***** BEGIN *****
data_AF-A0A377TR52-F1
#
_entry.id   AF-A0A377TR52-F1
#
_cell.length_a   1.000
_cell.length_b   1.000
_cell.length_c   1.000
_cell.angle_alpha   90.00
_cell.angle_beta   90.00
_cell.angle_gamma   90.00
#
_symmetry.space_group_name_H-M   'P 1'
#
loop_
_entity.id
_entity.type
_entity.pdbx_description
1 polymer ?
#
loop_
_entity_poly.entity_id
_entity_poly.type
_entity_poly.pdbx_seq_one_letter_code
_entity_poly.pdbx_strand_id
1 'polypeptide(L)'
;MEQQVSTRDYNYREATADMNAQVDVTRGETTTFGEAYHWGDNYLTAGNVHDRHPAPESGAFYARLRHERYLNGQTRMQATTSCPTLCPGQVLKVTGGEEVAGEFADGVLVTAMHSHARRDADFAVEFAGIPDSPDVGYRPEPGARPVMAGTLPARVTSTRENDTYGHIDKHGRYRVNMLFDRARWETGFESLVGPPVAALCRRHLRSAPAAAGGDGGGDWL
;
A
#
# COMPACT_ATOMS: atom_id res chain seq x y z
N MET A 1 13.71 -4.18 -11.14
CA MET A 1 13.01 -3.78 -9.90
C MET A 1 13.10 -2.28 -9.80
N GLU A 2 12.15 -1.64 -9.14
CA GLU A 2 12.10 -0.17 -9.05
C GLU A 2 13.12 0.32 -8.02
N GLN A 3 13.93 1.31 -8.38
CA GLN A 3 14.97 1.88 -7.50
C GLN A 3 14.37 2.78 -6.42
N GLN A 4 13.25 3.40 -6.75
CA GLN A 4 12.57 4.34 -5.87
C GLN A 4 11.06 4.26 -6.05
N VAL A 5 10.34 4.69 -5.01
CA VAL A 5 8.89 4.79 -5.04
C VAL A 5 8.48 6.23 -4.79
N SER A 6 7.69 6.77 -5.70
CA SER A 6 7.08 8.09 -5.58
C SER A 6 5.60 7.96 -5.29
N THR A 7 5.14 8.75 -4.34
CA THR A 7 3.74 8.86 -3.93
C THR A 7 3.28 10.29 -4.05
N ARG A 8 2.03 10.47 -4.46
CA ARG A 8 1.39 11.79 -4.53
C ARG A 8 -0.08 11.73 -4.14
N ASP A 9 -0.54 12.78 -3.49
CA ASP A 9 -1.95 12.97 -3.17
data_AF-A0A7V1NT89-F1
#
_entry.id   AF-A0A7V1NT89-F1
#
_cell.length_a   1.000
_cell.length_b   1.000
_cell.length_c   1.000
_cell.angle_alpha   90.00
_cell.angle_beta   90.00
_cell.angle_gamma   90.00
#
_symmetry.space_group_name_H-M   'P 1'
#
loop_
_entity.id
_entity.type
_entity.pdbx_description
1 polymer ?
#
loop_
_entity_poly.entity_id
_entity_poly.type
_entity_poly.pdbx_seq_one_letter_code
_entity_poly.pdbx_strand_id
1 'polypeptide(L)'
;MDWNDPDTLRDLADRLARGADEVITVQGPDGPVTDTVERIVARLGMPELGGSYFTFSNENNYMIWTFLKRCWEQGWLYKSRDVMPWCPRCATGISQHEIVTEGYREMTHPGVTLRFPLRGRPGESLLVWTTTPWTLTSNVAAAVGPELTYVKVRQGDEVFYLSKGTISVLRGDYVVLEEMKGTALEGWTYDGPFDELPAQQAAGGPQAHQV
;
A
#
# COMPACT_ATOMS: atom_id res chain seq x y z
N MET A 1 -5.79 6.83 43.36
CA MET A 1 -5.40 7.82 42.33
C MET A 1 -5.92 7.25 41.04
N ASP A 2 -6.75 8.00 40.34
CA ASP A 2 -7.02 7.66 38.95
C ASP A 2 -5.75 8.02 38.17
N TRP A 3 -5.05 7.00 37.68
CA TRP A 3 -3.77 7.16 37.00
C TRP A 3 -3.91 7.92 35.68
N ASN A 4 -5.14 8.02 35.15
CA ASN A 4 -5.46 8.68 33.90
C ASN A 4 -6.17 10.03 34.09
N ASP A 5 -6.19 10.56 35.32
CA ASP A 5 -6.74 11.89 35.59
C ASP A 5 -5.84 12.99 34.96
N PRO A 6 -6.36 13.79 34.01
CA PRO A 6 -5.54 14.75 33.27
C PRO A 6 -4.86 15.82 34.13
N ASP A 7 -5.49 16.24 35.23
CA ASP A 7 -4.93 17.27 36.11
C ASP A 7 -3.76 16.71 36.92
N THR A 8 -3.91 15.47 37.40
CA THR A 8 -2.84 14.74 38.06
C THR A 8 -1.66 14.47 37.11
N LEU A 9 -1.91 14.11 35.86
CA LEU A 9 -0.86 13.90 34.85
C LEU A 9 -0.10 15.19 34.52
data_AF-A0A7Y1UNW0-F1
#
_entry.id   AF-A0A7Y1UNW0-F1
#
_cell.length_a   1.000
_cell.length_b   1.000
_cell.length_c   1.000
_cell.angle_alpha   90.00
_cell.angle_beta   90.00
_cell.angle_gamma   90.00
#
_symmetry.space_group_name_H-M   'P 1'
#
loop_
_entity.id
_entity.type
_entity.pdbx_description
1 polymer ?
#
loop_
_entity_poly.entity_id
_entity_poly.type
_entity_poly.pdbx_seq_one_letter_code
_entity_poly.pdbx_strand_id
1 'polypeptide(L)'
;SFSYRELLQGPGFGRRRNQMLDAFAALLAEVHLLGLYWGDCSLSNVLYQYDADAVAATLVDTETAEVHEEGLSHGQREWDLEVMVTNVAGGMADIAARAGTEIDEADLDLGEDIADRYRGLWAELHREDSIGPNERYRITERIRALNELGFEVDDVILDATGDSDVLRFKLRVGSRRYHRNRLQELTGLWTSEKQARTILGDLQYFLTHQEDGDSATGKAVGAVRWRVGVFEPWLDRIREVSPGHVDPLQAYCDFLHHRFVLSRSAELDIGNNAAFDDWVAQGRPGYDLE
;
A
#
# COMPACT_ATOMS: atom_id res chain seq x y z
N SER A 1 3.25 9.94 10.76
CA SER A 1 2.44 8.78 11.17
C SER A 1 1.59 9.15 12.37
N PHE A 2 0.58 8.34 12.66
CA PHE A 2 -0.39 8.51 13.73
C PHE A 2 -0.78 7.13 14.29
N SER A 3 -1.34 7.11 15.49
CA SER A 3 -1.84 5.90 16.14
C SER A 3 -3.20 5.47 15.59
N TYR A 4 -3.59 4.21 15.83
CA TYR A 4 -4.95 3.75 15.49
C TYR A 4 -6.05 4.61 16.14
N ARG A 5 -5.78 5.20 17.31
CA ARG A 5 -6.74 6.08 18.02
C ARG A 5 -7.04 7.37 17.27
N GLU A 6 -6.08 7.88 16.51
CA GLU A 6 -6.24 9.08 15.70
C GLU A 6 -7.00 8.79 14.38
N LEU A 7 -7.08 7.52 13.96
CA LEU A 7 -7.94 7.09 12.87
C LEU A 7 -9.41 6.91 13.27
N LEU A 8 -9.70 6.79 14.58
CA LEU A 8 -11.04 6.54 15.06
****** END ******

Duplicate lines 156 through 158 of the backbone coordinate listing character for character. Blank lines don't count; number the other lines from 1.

N ARG A 5 -5.78 5.20 17.31
CA ARG A 5 -6.74 6.08 18.02
C ARG A 5 -7.04 7.37 17.27